iOS 9.3 features Night Shift, lockable Notes, new Quick Actions, and more; here's our review


Apple events are always observed with excitement – either fueled by anticipation for new hardware to be announced or by expectations of a major software release to be shown for the first time. Yesterday's Apple keynote was definitely focused on the former. We got to see the smaller but powerful iPhone SE and the... smaller but powerful 9.7-inch iPad pro, along with a bunch of new bands tailored for the Apple Watch. 

But there's something new on the software front as well, namely iOS 9.3. The platform's latest build is now being pushed out to iPhones and iPads after being in beta for over a couple of months. In fact, we are already enjoying it on our iPhones here at the office. Here's what you should be most excited about, knowing that iOS 9.3 has been released.

Night Shift

No other iOS 9.3 feature has drawn as much attention as Night Shift. We assume that's because of its potentially great practical value, but also due to the highly intriguing way it works. For those not familiar, research has shown that the blueish light emitted by modern gadgets' displays may delay the user's sleep. People who have the habit of fiddling with their phone, tablet or laptop before bedtime have likely experienced this. Night Shift comes into play by reducing the amount of blue light emitted by the iPhone or iPad's screen. As a result, the user may have a better time falling asleep at night.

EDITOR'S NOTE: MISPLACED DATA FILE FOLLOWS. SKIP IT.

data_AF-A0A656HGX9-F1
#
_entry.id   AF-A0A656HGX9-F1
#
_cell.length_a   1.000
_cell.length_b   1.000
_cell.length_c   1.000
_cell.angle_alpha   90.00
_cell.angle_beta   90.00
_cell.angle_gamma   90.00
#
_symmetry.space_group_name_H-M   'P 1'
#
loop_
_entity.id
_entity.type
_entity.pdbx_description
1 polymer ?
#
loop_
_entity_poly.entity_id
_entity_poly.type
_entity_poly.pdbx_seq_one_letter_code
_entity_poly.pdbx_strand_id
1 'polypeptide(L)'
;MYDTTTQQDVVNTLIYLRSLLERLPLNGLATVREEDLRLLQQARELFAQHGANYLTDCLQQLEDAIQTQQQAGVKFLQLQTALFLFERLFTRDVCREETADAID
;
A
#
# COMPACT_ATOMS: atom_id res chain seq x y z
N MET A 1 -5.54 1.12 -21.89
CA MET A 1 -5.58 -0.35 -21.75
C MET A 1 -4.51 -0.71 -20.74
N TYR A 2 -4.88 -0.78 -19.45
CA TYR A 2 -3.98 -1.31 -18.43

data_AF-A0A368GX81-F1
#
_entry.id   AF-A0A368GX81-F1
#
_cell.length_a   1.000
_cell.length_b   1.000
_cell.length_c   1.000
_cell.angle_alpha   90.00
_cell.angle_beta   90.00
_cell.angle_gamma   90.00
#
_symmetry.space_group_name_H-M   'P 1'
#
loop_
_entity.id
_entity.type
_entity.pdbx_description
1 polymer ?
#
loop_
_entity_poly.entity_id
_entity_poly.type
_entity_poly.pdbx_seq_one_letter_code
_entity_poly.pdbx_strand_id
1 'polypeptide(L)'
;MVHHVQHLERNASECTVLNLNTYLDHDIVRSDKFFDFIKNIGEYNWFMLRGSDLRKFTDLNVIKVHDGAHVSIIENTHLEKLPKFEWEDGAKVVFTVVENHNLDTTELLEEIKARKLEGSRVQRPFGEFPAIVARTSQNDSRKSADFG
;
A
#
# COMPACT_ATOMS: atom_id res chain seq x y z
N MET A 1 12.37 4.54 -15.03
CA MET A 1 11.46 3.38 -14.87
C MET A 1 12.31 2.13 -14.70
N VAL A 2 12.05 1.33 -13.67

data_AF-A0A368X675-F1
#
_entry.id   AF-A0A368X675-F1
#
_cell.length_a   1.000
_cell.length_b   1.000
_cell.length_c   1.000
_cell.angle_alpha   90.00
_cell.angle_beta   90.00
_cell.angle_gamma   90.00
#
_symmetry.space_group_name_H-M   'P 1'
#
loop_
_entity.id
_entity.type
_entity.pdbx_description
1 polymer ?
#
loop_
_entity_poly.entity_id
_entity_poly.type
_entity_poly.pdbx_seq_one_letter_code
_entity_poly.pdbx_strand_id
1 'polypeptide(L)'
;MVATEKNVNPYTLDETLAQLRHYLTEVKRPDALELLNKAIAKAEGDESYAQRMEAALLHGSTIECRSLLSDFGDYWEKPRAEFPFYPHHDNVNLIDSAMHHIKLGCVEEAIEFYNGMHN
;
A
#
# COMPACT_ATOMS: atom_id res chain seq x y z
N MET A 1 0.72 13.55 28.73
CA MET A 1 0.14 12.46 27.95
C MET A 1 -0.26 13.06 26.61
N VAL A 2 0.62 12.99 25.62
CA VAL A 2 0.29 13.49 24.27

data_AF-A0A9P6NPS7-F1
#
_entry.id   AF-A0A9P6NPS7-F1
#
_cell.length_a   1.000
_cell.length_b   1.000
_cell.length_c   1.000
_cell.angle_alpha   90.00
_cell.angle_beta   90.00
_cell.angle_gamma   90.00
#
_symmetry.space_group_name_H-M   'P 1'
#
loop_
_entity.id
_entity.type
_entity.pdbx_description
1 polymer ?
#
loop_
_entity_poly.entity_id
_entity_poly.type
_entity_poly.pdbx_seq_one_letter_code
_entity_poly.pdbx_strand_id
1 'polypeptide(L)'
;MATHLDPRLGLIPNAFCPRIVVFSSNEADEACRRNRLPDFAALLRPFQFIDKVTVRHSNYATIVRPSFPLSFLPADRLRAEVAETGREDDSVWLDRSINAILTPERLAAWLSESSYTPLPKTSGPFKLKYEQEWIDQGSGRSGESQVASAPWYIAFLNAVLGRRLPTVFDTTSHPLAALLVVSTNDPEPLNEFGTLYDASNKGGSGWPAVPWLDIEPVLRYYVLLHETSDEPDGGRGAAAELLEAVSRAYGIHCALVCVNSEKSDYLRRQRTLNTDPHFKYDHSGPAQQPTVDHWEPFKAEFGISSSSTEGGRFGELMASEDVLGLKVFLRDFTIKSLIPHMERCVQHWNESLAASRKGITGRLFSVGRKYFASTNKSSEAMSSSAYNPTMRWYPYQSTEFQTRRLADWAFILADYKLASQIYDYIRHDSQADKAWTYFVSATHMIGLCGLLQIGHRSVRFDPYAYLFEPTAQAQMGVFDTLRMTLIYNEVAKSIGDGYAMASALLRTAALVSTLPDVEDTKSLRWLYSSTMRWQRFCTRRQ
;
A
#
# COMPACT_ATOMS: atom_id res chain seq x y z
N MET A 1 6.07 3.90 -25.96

Now, some of you may be skeptical about this whole blue light filtering thing. It seems a bit too crazy to work, we know. Nevertheless, we strongly encourage you to give Night Shift a try if you have troubles falling asleep. You see, the feature works just like f.lux –  a piece of software that has been available on Mac, PC, and Linux for years. Having used it for a long time, some of us here at PhoneArena can confirm that it truly makes a difference. Your experience may vary, of course. On a related note, it will be interesting to hear the feedback of a broader user group after using Night Shift for a while.

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Night Shift comes with its downsides, however. The obvious one is that it throws color accuracy totally out of balance, and some might simply not like the way it looks. On the other hand, there's a convenient toggle switch in the Control Center that flips Night Shift on or off – something iOS 9.3 didn't have while in beta. And you're free to regulate how much blue light gets filtered, which is neat.